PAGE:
Search articles

Tune into International Jazz Day with the 2009 District of Columbia Quarter


The 2009 District of Columbia Quarter honors jazz legend Duke Ellington. Courtesy of PCGS TrueView. Click image to enlarge.

The popular music genre known as jazz comes in so many forms. Smooth jazz, funk, bossa nova, swing, big band, mainstream… You name it! There are countless names associated with the jazz movement, which saw its origins in the African American community of New Orleans during the late-19th and early 20th centuries.

Blues and ragtime music were among the earliest forms of the genre now collectively known as jazz, though it has branched off into many incredible forms over the last century. Count Basie, Cab Calloway, Louis Armstrong, Glenn Miller, and Buddy Rich are among the earlier names associated with jazz; Steely Dan, Chicago, Bela Fleck, Weather Report, Quincy Jones, and the Johnson Brothers are some of the many artists from the last few decades who have also built their distinctive sounds around the genre. But one of the greatest influences in the jazz world hailed not from New Orleans but rather from the nation’s capital: Washington, D.C. Does the name Duke Ellington sound familiar? If not, his story is one worth knowing about – especially if jazz music is the tops on your personal charts.

Duke Ellington was born on April 29, 1899, in Washington, D.C., and later moved to New York City, where he and his orchestra built a name for themselves at The Cotton Club in Harlem. Writing or collaborating on more than 1,000 compositions, Ellington was one of the most prolific artists on the jazz scene in the 1920s and ‘30s. He enjoyed a revival of interest in the mid-1950s, spending the rest of his life building an untouchable legacy in the music world. He saw many homages to his life and career in his later years, including the bestowance of the Presidential Medal of Freedom from President Richard Nixon in 1969. Ellington passed away in New York City on May 24, 1974, at the age of 75. Among the many songs by Ellington are “Take the ‘A’ Train,” “It Don’t Mean a Thing (If it Ain’t Go That Swing),” and “Doin’ the Voom Voom.”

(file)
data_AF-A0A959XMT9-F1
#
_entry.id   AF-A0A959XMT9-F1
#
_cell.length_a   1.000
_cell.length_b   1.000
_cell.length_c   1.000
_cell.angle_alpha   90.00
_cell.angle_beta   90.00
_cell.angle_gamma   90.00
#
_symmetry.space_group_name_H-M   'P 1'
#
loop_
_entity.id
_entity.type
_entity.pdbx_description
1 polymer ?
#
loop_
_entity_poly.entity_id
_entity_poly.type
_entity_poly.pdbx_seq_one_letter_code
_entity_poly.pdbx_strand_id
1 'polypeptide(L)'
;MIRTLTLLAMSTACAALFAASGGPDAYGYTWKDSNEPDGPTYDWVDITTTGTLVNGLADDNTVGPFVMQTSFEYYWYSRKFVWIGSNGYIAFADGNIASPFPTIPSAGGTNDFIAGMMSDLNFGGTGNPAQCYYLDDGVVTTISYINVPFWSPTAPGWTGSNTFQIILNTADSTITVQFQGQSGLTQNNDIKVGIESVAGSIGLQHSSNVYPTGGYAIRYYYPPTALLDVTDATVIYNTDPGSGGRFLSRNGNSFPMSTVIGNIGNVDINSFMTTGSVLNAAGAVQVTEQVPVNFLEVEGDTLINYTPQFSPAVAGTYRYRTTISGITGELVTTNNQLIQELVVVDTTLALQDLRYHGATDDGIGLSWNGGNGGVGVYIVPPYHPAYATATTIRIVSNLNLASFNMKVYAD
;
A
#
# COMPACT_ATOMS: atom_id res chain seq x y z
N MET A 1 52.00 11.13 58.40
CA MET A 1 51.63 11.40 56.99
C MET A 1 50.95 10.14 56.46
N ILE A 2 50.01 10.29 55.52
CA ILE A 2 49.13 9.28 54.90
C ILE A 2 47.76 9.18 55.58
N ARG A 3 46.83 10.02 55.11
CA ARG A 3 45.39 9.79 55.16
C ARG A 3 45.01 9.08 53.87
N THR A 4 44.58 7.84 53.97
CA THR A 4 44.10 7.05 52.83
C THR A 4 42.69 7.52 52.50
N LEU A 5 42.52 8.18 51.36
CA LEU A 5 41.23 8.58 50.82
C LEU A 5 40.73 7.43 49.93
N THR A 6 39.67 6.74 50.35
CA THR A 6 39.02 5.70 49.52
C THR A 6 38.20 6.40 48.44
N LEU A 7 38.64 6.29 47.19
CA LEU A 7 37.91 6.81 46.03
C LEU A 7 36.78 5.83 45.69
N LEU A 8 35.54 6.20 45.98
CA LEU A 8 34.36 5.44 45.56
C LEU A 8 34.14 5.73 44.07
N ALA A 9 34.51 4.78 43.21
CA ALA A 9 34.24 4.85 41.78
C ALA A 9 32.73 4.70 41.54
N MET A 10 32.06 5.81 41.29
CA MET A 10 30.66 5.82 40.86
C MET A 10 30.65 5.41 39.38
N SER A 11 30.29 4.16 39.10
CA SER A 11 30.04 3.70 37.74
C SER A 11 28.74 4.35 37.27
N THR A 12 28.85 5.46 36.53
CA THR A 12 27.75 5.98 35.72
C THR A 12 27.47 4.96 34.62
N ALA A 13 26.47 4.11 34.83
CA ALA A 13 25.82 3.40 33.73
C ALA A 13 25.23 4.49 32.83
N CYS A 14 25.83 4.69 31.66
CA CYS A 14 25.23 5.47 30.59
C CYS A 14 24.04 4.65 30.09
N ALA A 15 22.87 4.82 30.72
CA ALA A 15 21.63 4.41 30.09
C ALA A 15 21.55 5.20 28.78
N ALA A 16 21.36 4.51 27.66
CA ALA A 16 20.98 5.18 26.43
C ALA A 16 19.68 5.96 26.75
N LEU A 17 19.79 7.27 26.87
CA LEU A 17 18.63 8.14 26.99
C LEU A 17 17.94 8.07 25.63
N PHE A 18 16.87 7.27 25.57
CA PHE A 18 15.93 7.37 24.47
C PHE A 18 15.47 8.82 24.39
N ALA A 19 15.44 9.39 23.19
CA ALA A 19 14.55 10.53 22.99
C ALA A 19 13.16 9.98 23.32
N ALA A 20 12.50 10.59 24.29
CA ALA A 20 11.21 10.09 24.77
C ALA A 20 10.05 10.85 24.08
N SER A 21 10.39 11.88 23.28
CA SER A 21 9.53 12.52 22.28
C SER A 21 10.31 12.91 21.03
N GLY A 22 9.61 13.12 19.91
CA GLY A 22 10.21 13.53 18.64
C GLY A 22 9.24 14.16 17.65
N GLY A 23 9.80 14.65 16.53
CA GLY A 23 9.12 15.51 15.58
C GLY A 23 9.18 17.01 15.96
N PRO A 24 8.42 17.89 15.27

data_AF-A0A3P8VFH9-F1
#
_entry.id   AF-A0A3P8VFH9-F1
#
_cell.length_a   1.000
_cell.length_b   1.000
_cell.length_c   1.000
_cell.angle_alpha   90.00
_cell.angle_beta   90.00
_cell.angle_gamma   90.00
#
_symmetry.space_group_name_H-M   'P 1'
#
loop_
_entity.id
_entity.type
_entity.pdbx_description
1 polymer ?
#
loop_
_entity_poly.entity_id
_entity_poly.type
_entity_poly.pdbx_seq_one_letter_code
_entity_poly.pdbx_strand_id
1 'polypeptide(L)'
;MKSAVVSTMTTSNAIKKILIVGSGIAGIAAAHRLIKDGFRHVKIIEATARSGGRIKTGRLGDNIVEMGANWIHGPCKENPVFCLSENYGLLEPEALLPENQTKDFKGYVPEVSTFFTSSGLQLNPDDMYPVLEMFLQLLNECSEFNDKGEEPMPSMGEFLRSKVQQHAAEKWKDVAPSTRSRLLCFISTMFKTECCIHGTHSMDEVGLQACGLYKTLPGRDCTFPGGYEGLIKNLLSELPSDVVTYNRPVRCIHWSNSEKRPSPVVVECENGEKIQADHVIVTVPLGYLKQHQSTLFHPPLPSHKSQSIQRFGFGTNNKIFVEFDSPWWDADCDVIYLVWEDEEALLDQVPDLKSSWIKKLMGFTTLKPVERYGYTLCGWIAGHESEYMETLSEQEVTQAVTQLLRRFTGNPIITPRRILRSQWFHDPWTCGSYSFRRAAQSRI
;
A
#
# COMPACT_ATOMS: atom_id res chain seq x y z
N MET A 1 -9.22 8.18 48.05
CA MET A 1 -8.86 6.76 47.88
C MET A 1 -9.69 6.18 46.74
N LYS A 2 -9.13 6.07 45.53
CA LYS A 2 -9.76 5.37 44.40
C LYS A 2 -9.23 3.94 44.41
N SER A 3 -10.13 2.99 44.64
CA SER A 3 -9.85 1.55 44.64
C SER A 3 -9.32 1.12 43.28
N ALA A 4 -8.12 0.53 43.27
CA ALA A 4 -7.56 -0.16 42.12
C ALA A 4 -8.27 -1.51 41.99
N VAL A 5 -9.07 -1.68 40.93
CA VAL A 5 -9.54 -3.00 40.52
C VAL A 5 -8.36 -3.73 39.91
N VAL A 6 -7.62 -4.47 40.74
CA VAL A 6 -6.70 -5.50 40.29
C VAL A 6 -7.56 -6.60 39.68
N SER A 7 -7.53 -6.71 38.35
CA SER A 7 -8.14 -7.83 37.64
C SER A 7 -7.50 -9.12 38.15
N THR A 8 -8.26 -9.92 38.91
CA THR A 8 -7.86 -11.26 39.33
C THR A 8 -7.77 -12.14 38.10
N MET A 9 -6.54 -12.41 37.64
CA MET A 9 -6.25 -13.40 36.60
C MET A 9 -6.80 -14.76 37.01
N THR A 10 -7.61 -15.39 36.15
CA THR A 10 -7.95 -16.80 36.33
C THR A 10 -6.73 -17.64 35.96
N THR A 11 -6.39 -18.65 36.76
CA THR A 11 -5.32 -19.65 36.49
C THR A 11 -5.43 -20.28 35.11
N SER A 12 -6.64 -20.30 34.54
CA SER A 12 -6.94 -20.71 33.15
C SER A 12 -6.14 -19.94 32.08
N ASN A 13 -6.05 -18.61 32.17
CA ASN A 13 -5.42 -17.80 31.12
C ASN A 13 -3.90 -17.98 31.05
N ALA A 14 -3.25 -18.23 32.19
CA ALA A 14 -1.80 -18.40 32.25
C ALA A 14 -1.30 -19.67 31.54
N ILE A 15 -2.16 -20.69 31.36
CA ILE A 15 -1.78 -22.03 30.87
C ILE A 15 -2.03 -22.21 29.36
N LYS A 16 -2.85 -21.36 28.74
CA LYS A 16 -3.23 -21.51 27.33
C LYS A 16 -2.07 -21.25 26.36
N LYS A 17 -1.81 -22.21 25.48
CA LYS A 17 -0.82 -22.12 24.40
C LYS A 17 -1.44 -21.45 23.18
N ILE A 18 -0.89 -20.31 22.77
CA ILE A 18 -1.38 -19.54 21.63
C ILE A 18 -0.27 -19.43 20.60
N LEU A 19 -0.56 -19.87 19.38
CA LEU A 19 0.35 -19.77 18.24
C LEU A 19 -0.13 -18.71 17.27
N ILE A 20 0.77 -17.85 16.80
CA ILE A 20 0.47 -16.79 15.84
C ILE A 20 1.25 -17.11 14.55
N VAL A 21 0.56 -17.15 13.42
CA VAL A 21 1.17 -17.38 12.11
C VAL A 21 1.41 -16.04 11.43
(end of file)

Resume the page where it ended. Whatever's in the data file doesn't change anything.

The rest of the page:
Numismatists can infuse some jazz into their coin cabinets by adding a 2009 District of Columbia Quarter or two to their collections. The 2009 District of Columbia Quarter, part of the popular one-year-only circulating program known as the Washington D.C. and U.S. Territorial Quarters, features a likeness of Ellington sitting at his piano. Business strikes, special strikes, and proofs exist (with the latter available in clad and silver compositions), and there are a multitude of options for including the 2009 District of Columbia Quarter in your PCGS Registry Set.

Set Registry History Washington Quarters (1932-1964)